I knew that she had come a very long way but nothing prepared me for the strength and resilience she exhibited in that piece she posted on the popular female social media platform. I was moved by her openness and candor. I called her and told her how I felt and her response wouldn’t stop ringing in my heart. “Chi,” she said, “I have to own my story.” Those words resonated and once again I connected with Nne-Nne, my precious cousin.
I understand what it means to “own my story” because I have spent the past couple of years trying to do just that. For me, it has meant learning to face my pain, my mistakes and my weaknesses. From starting to own my story, I am beginning to come to terms with most of my “negatives” and this has freed me to start celebrating my “positives”. I have finally started to breathe out and I can hardly wait to finish exhaling.
Like Nne-Nne, “owning my story” has expedited my healing process. With her kind permission, I have replicated parts of her story:
I was born in the early 70s, just as the Nigerian civil war was wrapping up. Birthed by a “Biafran” mother and sired by a Nigerian army officer, I belonged to the group of children commonly referred to as “the bastards of Biafra”.
Growing up was particularly difficult and coming from a prominent Eastern family didn’t make it any easier. Right from a tender age, I felt unwanted, unloved and isolated. I knew what my existence encapsulated – a source of shame to the family and like a cloak, I wore it everywhere I went. I remember being frequently asked which of the men in the family was my father every time I mentioned my last name and this caused me quite a lot of shame and anxiety. Sometimes I would mumble an incoherent answer and other times I would lie and mention my mother’s big brother. I couldn’t wait to get married and drop that name, I was tired of the “who’s your father?” interrogation…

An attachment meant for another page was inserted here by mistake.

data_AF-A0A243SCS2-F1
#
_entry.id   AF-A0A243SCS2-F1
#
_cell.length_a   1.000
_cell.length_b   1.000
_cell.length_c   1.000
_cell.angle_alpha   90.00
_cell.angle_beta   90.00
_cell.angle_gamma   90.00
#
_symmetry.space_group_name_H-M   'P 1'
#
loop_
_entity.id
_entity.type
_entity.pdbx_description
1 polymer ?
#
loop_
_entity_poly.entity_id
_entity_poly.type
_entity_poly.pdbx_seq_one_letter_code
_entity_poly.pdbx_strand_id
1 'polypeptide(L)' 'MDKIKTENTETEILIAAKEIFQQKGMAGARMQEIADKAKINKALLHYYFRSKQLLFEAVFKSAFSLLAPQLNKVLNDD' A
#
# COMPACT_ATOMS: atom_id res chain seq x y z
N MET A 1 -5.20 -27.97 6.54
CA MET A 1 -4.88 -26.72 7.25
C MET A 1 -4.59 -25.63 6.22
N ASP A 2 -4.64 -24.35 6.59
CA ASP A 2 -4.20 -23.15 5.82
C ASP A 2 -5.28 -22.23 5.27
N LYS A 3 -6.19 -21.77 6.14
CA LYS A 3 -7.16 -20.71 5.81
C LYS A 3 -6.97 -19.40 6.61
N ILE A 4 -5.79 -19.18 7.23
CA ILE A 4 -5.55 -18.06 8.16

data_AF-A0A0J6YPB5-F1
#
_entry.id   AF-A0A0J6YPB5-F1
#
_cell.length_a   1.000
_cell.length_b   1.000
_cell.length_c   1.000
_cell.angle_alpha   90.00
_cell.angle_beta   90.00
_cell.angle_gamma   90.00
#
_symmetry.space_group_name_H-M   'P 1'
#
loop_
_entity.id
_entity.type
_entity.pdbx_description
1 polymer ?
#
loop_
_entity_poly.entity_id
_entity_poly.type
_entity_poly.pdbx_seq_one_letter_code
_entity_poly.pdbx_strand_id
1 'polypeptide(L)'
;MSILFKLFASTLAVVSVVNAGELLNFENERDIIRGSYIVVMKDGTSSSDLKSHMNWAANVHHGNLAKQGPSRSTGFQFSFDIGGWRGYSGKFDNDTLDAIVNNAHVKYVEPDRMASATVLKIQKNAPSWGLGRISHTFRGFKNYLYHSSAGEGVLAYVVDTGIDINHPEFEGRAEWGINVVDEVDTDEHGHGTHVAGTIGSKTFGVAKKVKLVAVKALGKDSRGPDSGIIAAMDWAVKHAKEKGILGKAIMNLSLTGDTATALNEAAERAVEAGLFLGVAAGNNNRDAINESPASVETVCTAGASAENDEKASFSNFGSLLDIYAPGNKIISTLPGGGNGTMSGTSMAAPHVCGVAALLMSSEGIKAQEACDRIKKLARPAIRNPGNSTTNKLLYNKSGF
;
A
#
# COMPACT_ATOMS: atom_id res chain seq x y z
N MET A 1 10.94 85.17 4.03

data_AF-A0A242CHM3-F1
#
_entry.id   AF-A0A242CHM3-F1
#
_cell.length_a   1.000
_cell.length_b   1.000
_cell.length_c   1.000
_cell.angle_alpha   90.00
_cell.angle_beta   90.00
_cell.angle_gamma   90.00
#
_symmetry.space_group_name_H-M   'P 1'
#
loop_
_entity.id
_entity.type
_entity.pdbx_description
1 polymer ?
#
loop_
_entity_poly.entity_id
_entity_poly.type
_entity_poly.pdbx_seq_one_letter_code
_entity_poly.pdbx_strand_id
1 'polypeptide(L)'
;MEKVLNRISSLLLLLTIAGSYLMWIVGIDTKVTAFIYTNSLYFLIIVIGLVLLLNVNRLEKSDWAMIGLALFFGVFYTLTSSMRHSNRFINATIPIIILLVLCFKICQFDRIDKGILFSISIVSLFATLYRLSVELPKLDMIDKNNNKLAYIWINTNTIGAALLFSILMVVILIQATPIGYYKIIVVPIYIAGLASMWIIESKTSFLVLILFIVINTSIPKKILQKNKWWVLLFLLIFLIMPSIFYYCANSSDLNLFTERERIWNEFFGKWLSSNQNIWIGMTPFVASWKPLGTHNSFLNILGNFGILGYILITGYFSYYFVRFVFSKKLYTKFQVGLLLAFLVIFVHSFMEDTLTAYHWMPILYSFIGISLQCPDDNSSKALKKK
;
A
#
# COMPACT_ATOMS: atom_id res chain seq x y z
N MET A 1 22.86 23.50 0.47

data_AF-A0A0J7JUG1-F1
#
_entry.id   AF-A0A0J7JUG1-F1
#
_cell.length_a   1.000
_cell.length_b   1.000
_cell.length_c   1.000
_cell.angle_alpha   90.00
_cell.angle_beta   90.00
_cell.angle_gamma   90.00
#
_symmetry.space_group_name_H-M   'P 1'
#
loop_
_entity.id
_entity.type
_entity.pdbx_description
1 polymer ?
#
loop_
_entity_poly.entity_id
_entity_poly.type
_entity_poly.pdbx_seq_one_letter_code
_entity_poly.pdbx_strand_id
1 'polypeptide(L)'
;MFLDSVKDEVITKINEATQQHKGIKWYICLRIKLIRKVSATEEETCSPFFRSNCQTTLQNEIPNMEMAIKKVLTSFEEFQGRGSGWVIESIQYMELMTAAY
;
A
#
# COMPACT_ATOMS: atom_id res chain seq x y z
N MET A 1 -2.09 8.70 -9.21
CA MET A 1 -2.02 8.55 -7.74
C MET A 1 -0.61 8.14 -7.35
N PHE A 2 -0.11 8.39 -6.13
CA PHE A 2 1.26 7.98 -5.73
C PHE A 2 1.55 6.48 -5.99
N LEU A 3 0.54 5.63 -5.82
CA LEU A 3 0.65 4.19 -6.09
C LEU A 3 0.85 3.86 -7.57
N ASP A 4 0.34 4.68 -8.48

I was open to my husband about my life’s struggles; I bared it all because I felt it was okay to be vulnerable with the one you would spend the rest of your life with. I told him about how being a bastard and being called one made me feel and I made him promise he would never call me that.
The very first huge fight we had he called me just that. I remember writhing in pain for days on end. That was the beginning of many such episodes. ‘Bastard’ became his favorite pet name for me, that and other vile names. Every time he spat that name at me, something little died in me and as the years wore on, I discovered I felt nothing for him…
As for my mother, she’s failed me time and time again. I feel as though I spent most of my childhood begging for her love and offering penance for coming into her life and turning it upside down.
A loveless childhood and a loveless marriage haven’t stopped me. I’m firing on all four cylinders, making the most of my life, and being the great parent I never had to my children. I’m a work in progress no doubt, and part of this progress is that I’m able to share my story on such a huge platform and not feel shame….”
I am sure you held your breath most of the time just reading Nne-Nne’s story. For a very long time, I didn’t realize that I was living my life holding my breath too – not exhaling. But now life and a bit of science have both taught me that exhalation heals and relaxes; and “owning my story” feels like breathing out.
I celebrate the woman Nne-Nne has metamorphosed into. She has refused to be held back by the past.
Like her, you too can own your story (after all it’s yours to do with as you choose) and you can choose to exhale.